As you travel in Europe, you’ll come to realise that in some cities/countries, most signposts, information boards, and even menus do not contain a word of English. That’s fine if there are pictures to refer to, but if you’re in a restaurant in Spain and there are no pictures on the menu, knowing the Spanish word for “chicken” will suddenly be a great help. It’s “pollo” by the way.
6. Embrace the local culture
The last thing you want is to stick out like a sore thumb in a foreign country. So, while you’re travelling in Europe, try to embrace the local culture. Try the foods that the locals eat and engage in activities the locals enjoy doing.
That way, not only do you experience the country on a personal, intimate level, you also get to broaden your horizons and open yourself up to new opportunities.
7. Be open to friendly conversation
Don’t be shocked if a stranger tried to strike up a conversation with you while you’re travelling. It’s quite a common thing in Europe for strangers to greet each other and have a chat. This is especially true if you can speak their language. You might have some concerns about speaking to strangers but trust me, not everyone is out to scam you of your money.
8. Spend your money at family-owned businesses
If you want to keep your spending low while travelling Europe, then patronise family-owned businesses and farmers’ markets. Not only are prices here cheaper compared to franchise stores, but the people are also friendlier and the food is fresher too!
9. You can find cheaper accommodation away from the city centres
10. That being said, consider your options
However, sometimes it’s best not to skimp on those few extra Euros just for cheap accommodation. Especially if most of the attractions are in the city centre and it takes a long time to get there from your accommodation. You’ll have to weigh the pros and cons before you decide.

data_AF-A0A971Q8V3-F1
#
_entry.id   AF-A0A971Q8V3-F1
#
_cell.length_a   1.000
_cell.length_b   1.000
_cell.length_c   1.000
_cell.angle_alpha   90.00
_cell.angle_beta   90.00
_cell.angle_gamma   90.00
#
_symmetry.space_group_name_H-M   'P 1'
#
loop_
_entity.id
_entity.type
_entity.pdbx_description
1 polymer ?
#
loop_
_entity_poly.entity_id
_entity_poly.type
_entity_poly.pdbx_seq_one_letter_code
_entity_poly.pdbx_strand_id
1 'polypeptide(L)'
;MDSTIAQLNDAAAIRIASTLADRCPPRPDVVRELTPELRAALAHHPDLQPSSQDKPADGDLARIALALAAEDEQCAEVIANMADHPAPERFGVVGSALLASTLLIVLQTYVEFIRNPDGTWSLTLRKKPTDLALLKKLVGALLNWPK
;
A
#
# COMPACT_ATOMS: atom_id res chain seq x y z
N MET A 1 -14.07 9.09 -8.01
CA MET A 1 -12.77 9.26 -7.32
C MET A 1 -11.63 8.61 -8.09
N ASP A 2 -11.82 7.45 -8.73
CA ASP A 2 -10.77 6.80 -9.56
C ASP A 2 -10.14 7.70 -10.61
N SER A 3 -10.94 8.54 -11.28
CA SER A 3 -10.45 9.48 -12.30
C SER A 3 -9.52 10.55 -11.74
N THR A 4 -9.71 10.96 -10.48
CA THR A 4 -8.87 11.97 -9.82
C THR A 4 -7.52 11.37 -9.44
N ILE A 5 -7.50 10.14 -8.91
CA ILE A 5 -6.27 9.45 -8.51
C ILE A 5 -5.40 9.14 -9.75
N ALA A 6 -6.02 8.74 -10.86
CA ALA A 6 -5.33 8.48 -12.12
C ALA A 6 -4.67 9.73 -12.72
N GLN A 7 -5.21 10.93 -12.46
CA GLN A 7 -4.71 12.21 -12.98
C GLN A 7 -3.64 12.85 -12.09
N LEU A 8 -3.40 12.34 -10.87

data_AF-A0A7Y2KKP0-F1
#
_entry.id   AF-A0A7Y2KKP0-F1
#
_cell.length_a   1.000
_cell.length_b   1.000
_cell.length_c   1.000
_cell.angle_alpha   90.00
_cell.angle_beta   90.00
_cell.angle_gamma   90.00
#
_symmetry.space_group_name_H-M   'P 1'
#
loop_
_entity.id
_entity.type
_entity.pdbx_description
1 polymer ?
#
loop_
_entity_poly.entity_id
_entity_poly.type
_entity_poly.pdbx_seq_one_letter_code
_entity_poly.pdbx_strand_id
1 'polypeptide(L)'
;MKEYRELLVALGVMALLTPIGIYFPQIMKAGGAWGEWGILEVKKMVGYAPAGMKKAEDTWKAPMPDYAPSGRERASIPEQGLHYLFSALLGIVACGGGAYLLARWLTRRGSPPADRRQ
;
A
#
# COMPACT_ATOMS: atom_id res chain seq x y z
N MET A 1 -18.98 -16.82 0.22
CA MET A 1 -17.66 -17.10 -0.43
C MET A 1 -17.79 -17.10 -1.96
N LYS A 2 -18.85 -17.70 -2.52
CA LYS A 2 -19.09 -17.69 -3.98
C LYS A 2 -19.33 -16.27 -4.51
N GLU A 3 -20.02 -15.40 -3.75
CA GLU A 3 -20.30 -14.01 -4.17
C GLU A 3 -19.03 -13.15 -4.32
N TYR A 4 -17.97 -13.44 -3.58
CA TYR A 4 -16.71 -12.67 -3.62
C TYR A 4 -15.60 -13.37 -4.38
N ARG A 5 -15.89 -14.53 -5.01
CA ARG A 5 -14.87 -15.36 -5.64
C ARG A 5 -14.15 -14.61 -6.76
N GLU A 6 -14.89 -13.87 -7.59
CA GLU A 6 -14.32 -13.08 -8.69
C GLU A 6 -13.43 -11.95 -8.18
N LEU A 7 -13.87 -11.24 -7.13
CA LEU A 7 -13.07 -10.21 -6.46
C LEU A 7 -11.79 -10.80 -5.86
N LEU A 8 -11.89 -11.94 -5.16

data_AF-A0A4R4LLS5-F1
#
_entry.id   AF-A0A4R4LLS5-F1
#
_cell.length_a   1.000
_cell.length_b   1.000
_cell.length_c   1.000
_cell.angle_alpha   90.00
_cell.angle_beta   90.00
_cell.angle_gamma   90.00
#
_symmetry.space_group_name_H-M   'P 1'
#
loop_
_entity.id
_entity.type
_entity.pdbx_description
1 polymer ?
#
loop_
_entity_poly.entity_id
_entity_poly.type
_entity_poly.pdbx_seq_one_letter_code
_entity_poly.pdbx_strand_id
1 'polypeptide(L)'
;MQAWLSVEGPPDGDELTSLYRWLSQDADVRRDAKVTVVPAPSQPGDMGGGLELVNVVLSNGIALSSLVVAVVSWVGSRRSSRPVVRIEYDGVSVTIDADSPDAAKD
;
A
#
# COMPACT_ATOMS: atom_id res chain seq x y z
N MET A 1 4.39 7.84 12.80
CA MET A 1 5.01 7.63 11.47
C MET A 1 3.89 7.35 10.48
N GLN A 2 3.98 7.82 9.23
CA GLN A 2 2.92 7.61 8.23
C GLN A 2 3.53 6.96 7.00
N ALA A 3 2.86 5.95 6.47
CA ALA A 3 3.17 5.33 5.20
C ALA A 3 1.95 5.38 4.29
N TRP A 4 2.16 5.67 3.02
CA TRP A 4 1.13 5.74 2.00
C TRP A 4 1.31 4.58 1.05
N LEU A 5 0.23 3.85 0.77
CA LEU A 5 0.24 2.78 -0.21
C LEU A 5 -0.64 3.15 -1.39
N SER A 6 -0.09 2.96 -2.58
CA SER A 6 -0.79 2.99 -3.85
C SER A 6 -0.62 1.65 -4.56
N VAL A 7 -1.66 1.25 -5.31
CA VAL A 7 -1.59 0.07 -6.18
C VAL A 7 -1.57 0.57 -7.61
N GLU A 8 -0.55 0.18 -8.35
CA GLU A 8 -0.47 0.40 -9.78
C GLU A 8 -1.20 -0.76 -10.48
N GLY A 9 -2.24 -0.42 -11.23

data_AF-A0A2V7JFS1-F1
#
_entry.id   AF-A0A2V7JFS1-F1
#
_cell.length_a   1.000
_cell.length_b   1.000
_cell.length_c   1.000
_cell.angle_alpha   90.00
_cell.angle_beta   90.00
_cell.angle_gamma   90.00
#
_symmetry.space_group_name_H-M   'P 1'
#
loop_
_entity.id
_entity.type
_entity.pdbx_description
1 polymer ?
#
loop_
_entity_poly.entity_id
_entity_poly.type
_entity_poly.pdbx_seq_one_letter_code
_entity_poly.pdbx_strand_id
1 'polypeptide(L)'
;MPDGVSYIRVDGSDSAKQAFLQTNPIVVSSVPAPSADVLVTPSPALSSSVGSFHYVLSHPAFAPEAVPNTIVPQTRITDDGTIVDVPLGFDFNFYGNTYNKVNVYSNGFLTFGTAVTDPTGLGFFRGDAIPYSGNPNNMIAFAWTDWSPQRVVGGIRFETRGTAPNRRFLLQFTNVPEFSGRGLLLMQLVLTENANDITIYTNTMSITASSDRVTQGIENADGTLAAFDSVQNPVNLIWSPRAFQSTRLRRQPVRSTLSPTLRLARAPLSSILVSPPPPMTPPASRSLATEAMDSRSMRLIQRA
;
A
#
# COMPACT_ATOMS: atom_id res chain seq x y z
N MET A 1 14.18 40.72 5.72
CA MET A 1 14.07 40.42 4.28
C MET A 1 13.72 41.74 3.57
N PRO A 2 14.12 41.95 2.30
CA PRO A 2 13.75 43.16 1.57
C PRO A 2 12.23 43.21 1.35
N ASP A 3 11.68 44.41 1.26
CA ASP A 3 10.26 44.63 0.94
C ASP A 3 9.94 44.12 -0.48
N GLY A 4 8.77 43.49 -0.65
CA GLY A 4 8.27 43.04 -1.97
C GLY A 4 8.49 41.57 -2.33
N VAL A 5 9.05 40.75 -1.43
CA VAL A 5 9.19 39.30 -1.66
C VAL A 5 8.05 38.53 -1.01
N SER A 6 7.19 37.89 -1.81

11. Keep the cost of travelling between countries down
Most people would choose to travel between countries while in Europe. And, believe it or not, this can actually be pretty cheap if you know how to travel properly. There are tons of budget airlines that ferry passengers between key European cities, some for close to nothing at all.
You could also hop aboard the famous Eurail and go on an epic European adventure. If you really want to save money when travelling between countries, consider taking long-distance buses like the Megabus.
12. Utilise sleeper trains
Now this one is a real travel hack. There are plenty of sleeper trains in Europe (slow-moving trains that depart at night). If you’re on a tight budget, not only is taking a sleeper train cheaper than flying, it also helps you save a night on accommodation as you can just sleep on the train.
13. Get yourself a city transport card
It could save you a lot of time and money if you plan on utilising public transport extensively. Most major tourist cities in Europe have them, so make sure to get one for yourself!